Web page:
Research Training in Surgery
Experimental Surgery, in conjunction with the McGill Faculty of Graduate Studies offers graduate level training program in Experimental Surgery, leading to a Master's or Ph.D. degree. The academic program is streamed to permit students to concentrate on either a clinical or basic research track.
Research in Surgery
Basic, clinical and evaluative research is conducted in all divisions of the McGill Department of Surgery. Areas of current interest include the cell biology of wound healing; biomechanics and bioengineering in orthopedics; tissue engineering of pancreatic islets and cardiac muscle; host defense in sepsis; tolerance and xenotransplantation; molecular biology of cancer; incontinence, impotence and infertility; health outcomes and technology assessment, including clinical trials; and technology R & D in minimally invasive surgery. Research activities within the Department are carried out across the McGill University Health Centre (MUHC) hospital network in surgical laboratories at the Montreal General Hospital, Montreal Children's Hospital, Royal Victoria Hospital, the Shriner's Hospital and the Sir Mortimer Davis-Jewish General Hospital.
Experimental Surgery functions as the research arm of the McGill Department of Surgery, coordinating research training in Surgery, representing the research interests of the Department at the McGill University Health Centre (MUHC) and at the Faculties of Medicine and Graduate Studies and Research. The most exciting, and potentially the most important undertaking is the recent move to consider the establishment of thematic research programs in Surgery. This is in keeping with the development of thematic research programs across the University hospital network in preparation to a move to a new site by 2015.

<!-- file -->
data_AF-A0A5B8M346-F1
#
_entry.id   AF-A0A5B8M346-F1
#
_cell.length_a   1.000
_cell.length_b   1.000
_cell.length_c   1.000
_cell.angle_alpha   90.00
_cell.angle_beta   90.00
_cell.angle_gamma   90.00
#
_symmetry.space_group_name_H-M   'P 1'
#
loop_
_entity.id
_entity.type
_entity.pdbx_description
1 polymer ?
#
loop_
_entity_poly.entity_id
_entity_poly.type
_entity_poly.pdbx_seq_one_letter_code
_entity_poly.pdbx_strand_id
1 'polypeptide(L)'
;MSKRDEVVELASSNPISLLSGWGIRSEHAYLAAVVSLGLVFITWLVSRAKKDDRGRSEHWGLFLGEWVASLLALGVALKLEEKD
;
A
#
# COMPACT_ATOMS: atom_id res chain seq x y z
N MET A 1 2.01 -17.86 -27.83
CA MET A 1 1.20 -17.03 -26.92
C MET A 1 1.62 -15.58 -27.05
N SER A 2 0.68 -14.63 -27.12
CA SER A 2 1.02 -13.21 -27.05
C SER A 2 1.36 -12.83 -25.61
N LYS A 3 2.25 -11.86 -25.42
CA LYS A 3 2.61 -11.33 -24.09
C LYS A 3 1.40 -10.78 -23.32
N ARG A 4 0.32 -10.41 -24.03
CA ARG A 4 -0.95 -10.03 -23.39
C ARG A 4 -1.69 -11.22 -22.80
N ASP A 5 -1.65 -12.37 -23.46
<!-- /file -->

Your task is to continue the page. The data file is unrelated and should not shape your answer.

At present, under the direction Anie Philip, Ph.D., over 120 individuals actively participate in research programs, including faculty, clinical and post-doctoral fellows, graduate students, research assistants and technicians as well as visiting scientists and professors from different parts of the world. Most laboratories are structured along similar lines - full time basic scientists interacting with clinician -scientists. In this manner, movement of new discoveries from the bench to the bedside is facilitated and encouraged.
Projects are multidisciplinary in nature and offer both specialized and broad-based training through the use of the most recent techniques in molecular biology, biochemistry, pharmacology, physiology, pathology, bio-informatics and genomics.
The tradition of research in Surgery at McGill University is the oldest in Canada. Over the years, members of the Division have obtained international recognition through their highly productive and original research.
We are committed to creating the future of Surgery today. Increased emphasis will be placed on the need for innovation, which defined simply, is applied invention. Therefore, in addition to the quest for new knowledge, our traditional bench-to-bedside orientation is evolving towards discovery-based research that favours technology transfer.